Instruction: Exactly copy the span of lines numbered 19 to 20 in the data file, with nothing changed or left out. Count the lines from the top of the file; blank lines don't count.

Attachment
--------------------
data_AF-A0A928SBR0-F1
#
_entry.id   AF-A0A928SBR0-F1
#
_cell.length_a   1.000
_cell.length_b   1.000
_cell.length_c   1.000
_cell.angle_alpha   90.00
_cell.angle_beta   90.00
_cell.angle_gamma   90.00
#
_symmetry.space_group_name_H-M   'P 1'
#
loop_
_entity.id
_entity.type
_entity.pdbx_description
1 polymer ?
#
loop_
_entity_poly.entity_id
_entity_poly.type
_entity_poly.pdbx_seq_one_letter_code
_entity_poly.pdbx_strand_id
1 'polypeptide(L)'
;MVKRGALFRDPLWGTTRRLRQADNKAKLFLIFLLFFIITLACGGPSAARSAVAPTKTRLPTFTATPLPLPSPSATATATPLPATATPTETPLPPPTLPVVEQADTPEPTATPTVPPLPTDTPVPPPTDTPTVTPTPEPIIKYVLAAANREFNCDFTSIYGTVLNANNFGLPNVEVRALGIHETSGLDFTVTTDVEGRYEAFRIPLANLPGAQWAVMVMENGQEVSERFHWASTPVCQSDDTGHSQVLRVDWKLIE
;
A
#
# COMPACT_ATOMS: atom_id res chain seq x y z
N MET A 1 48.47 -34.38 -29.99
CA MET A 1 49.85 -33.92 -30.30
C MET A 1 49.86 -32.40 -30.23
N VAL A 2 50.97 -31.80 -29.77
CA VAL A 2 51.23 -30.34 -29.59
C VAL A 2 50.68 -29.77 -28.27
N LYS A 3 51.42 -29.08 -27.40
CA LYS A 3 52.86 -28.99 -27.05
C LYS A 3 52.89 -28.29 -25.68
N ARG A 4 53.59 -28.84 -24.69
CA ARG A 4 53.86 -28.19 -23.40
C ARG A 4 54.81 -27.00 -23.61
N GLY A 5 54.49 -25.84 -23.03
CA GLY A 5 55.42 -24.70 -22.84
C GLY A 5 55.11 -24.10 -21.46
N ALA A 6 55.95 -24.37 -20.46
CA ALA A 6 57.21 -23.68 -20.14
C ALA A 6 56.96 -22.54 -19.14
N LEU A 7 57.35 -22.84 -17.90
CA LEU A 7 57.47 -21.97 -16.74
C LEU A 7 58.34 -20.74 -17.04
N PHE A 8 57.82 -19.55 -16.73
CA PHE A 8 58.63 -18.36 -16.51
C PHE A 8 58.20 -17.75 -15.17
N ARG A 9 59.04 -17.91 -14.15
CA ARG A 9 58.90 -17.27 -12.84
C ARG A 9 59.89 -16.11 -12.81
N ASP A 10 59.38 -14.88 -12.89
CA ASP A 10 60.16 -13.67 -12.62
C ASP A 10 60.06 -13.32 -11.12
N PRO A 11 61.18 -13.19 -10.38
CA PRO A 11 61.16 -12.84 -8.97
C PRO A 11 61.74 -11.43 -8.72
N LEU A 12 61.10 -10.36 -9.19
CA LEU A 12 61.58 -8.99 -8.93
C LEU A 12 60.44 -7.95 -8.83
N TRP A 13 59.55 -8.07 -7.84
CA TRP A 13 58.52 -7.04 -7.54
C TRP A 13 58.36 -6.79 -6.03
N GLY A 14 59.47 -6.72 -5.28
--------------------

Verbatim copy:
#
loop_